To place a single tooth implant, the post is embedded directly into the jaw, where it bonds permanently with the surrounding bone tissue. While the gum is healing, a dental crown is crafted, and is eventually attached to the implant post with an “abutment.” This dental crown will mirror the shape, function, and appearance of a natural tooth to give your smile a natural look and feel. Made from durable materials, single tooth implants can last for decades, and, unlike a partial denture, will never shift, or move around.

Full-Arch Implants

Full-arch implants are a secure, durable alternative to traditional dentures for those patients who are missing all, or most, of their teeth. By placing a series of 4-6 dental implants per arch, you can enjoy the look and function of a new smile that can stand the test of time.

These dental implants function like artificial roots that allow fixed dental bridges or a set of removable implant-supported overdentures to permanently bond to the jaw and gum line to  restore your smile. Full-arch implants look and feel much more natural than traditional dentures, and will never shift or move when you eat or speak.

Bone Grafts

Bone grafts add volume and density to your jaw in areas where bone loss has occurred and promote regrowth. Patients who are experiencing weakened jawbones due to tooth loss, periodontal disease, or simply the natural aging process may be good candidates for bone grafts. Bone grafts are necessary in many instances to ensure a patient’s jaw bone will be strong enough to retain a dental implant.

  • Socket preservation. Sometimes called ridge preservation, this type of graft is placed in the socket immediately after a tooth extraction. It fills the void left behind by the missing tooth and prevents the sides of the socket from caving in.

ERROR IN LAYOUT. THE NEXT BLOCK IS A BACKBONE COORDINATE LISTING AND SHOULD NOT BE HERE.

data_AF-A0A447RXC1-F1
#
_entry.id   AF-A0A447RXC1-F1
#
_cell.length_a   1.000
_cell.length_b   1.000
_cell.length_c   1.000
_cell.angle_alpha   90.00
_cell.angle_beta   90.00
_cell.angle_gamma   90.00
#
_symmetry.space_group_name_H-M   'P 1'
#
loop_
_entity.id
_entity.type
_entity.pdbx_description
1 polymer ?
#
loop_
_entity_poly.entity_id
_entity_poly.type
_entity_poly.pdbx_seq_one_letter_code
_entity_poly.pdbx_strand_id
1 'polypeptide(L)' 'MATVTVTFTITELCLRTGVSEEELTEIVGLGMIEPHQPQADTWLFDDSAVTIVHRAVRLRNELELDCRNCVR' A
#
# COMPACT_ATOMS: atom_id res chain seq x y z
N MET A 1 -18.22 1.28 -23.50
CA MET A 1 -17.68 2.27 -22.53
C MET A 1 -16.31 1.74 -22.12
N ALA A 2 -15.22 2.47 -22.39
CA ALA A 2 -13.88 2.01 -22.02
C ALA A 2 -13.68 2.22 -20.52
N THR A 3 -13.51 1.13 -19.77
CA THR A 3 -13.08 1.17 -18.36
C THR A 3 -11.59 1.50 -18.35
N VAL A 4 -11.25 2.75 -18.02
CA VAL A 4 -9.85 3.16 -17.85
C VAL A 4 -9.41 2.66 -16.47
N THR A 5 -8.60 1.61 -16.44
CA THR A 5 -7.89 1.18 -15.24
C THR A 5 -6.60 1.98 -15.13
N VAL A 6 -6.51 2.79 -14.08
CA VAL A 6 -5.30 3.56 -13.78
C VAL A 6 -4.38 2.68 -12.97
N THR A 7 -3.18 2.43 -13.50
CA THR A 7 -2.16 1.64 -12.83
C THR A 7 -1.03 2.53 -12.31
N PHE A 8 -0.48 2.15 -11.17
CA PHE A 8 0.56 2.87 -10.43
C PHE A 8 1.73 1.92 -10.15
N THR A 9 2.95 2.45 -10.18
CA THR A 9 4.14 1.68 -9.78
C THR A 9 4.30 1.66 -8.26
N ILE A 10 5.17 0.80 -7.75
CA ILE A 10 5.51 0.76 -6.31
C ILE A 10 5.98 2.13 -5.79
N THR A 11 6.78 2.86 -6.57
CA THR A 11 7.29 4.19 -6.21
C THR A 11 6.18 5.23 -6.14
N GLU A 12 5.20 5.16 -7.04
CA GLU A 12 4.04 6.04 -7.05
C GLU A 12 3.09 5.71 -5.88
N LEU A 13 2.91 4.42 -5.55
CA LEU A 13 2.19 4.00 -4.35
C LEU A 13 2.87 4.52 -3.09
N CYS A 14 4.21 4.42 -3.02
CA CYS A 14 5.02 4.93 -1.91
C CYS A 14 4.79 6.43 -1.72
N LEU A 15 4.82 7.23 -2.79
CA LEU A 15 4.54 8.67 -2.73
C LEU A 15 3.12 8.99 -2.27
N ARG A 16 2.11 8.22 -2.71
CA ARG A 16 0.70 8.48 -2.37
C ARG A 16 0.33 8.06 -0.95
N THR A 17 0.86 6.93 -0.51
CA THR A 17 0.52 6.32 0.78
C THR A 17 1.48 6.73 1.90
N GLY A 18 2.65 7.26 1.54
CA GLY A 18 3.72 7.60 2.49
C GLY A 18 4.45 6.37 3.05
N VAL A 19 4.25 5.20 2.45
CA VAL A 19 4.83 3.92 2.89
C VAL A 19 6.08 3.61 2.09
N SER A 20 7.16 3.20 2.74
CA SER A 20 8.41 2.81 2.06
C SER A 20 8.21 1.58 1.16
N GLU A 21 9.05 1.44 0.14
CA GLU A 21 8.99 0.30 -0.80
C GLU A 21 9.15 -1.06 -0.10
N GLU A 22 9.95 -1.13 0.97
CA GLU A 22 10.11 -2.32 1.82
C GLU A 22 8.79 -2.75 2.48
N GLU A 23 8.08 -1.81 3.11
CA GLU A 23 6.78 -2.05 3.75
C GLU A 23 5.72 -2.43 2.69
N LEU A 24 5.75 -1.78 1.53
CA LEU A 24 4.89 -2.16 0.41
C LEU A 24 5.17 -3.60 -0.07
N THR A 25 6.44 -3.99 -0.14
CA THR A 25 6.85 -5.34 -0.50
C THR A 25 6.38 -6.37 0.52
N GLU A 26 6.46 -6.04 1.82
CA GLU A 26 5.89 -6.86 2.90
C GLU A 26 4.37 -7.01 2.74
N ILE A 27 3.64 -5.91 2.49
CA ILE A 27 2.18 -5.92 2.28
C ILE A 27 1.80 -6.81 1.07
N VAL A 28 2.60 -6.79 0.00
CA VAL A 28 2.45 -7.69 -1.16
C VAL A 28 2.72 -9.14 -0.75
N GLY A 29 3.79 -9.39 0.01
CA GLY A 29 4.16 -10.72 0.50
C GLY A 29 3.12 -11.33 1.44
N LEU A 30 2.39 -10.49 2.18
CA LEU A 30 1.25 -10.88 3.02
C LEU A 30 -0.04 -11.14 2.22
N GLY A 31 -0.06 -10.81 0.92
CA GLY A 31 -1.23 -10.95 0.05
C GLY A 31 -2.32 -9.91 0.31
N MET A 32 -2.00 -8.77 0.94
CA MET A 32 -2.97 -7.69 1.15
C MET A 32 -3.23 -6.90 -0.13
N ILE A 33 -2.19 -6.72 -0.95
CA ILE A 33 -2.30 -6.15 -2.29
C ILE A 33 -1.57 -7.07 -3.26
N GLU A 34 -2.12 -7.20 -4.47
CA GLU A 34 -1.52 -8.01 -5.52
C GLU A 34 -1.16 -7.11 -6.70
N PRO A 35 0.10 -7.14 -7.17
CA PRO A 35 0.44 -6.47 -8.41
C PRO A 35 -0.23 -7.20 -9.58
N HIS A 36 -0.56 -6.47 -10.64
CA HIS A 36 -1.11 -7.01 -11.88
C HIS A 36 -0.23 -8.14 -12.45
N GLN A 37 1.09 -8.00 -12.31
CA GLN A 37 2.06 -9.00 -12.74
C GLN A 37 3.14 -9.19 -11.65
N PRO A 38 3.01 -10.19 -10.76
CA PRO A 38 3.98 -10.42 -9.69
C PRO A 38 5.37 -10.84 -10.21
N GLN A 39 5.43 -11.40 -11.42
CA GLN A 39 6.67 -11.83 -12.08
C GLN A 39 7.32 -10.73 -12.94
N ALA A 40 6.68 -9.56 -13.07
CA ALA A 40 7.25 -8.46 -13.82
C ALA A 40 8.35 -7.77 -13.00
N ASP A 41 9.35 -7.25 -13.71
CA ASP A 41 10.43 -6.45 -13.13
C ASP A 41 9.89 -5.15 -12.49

• Ridge augmentation. If your teeth have been missing for a while, the supporting jawbone may be thinner than it was before. Ridge augmentation increases the width and volume of the jawbone so it can provide a stable foundation for implants or other restorative options.
  • Sinus lift. The maxillary sinuses sit just above your upper back teeth. If the upper back teeth are missing, the sinuses can drop down and invade the space once occupied by the teeth roots. In this scenario, you wouldn’t want to place implants because they would penetrate the sinus membrane. To address this problem, your oral surgeon or periodontist can perform a sinus lift. This procedure raises the sinus back to its proper position. A dental bone graft is then placed underneath the sinus, creating a solid foundation for dental implants later on.
  • Periodontal bone graft. Infection from gum disease can erode the bone that supports the teeth. This can cause the teeth to become loose. A periodontal bone graft is placed around an existing tooth to reduce mobility and provide additional support.

In most cases, bone grafts for dental implants must heal completely before the actual implant is placed. Because each person is unique, recovery times vary. In rare instances, your dentist may be able to place a bone graft and a dental implant at the same time. But this is decided on a case-by-case basis.

Did you know…

Dental implants have the potential to last a lifetime.

Read to schedule a visit?

Call (914) 246-0511 today!